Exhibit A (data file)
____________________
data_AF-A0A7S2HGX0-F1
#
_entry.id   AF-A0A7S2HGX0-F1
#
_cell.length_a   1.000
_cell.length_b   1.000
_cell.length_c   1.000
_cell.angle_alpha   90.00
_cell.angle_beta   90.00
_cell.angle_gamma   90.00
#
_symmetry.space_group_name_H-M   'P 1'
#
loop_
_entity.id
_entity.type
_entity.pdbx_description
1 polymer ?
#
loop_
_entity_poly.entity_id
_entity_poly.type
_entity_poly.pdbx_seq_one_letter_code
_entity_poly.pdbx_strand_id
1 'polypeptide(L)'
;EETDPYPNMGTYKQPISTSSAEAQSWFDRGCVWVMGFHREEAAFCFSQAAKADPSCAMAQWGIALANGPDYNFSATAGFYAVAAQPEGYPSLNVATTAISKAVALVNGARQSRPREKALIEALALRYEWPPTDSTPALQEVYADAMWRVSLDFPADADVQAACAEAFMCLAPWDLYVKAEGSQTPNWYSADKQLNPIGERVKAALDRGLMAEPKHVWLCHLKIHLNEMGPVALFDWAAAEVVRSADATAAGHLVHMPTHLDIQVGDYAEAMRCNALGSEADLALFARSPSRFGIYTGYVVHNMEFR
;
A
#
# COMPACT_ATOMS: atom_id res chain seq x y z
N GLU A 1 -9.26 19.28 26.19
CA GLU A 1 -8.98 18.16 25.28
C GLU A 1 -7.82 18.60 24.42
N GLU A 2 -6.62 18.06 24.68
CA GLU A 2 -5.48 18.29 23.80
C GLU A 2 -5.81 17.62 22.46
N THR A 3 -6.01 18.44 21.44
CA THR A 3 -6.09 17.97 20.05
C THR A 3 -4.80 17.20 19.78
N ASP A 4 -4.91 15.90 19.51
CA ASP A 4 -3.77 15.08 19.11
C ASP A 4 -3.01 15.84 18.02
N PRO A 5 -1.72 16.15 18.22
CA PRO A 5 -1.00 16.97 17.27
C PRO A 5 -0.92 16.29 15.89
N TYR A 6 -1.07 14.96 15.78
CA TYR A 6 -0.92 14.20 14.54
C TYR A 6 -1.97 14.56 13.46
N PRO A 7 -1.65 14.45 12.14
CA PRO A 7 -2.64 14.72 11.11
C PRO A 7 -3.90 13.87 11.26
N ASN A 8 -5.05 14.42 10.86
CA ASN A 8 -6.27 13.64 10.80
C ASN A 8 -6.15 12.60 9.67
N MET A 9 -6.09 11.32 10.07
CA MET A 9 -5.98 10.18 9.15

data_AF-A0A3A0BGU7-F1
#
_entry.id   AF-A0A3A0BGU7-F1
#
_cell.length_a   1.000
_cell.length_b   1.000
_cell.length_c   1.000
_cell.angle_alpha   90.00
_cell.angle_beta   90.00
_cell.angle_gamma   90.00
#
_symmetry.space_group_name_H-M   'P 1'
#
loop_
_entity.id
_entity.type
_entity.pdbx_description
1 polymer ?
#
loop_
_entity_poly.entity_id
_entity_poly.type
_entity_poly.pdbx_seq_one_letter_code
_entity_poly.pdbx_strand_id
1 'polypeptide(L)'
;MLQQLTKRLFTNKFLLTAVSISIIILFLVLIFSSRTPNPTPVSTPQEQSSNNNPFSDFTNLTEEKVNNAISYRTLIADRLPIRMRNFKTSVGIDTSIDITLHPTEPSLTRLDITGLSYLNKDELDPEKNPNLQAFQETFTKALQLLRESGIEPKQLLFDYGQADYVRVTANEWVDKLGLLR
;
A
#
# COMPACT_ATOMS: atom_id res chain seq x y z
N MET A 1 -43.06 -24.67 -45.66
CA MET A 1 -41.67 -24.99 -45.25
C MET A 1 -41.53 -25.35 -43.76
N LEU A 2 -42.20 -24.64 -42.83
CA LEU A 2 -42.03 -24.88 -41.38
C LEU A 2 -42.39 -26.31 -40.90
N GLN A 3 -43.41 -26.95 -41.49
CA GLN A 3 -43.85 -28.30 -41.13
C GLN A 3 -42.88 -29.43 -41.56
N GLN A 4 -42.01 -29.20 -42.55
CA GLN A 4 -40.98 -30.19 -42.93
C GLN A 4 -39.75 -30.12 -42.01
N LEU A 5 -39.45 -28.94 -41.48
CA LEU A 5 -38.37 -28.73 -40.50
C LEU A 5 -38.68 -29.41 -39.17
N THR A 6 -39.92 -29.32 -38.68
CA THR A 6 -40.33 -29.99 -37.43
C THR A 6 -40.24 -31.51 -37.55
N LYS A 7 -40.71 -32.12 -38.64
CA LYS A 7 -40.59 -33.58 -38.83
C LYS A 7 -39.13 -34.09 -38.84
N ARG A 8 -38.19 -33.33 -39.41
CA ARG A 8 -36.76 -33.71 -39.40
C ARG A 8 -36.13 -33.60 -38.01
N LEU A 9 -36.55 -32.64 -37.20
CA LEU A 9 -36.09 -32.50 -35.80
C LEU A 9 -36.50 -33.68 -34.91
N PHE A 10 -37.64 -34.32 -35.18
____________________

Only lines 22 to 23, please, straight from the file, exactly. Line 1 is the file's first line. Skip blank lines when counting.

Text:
_entity_poly.type
_entity_poly.pdbx_seq_one_letter_code